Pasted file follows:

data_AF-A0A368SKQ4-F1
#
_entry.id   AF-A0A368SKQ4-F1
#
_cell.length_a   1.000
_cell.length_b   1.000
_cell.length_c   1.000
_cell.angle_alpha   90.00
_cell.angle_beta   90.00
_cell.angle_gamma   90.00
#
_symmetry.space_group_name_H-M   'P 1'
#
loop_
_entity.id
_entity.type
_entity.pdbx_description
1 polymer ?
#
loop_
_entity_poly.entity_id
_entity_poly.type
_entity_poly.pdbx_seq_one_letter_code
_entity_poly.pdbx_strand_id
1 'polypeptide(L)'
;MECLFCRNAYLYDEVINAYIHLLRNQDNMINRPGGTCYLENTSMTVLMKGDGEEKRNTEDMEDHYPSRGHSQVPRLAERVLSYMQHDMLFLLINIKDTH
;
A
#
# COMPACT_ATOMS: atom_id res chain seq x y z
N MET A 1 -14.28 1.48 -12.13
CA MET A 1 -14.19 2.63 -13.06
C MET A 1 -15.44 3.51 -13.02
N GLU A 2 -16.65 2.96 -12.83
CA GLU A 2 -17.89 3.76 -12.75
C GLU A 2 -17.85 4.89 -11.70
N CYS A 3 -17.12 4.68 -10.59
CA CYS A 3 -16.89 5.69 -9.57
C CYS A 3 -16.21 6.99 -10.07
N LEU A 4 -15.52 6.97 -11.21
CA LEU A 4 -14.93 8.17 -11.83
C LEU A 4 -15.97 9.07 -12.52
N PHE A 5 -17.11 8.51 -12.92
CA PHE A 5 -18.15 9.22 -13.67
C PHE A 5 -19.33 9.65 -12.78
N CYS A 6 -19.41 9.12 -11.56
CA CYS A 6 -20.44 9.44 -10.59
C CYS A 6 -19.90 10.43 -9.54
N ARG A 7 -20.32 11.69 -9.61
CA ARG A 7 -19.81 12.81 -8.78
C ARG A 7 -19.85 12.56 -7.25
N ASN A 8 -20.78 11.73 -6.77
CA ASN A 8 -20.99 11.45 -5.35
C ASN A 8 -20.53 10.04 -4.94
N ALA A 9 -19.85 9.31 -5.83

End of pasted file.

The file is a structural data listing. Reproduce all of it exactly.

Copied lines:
data_AF-A0A368SKQ4-F1
#
_entry.id   AF-A0A368SKQ4-F1
#
_cell.length_a   1.000
_cell.length_b   1.000
_cell.length_c   1.000
_cell.angle_alpha   90.00
_cell.angle_beta   90.00
_cell.angle_gamma   90.00
#
_symmetry.space_group_name_H-M   'P 1'
#
loop_
_entity.id
_entity.type
_entity.pdbx_description
1 polymer ?
#
loop_
_entity_poly.entity_id
_entity_poly.type
_entity_poly.pdbx_seq_one_letter_code
_entity_poly.pdbx_strand_id
1 'polypeptide(L)'
;MECLFCRNAYLYDEVINAYIHLLRNQDNMINRPGGTCYLENTSMTVLMKGDGEEKRNTEDMEDHYPSRGHSQVPRLAERVLSYMQHDMLFLLINIKDTH
;
A
#
# COMPACT_ATOMS: atom_id res chain seq x y z
N MET A 1 -14.28 1.48 -12.13
CA MET A 1 -14.19 2.63 -13.06
C MET A 1 -15.44 3.51 -13.02
N GLU A 2 -16.65 2.96 -12.83
CA GLU A 2 -17.89 3.76 -12.75
C GLU A 2 -17.85 4.89 -11.70
N CYS A 3 -17.12 4.68 -10.59
CA CYS A 3 -16.89 5.69 -9.57
C CYS A 3 -16.21 6.99 -10.07
N LEU A 4 -15.52 6.97 -11.21
CA LEU A 4 -14.93 8.17 -11.83
C LEU A 4 -15.97 9.07 -12.52
N PHE A 5 -17.11 8.51 -12.92
CA PHE A 5 -18.15 9.22 -13.67
C PHE A 5 -19.33 9.65 -12.78
N CYS A 6 -19.41 9.12 -11.56
CA CYS A 6 -20.44 9.44 -10.59
C CYS A 6 -19.90 10.43 -9.54
N ARG A 7 -20.32 11.69 -9.61
CA ARG A 7 -19.81 12.81 -8.78
C ARG A 7 -19.85 12.56 -7.25
N ASN A 8 -20.78 11.73 -6.77
CA ASN A 8 -20.99 11.45 -5.35
C ASN A 8 -20.53 10.04 -4.94
N ALA A 9 -19.85 9.31 -5.83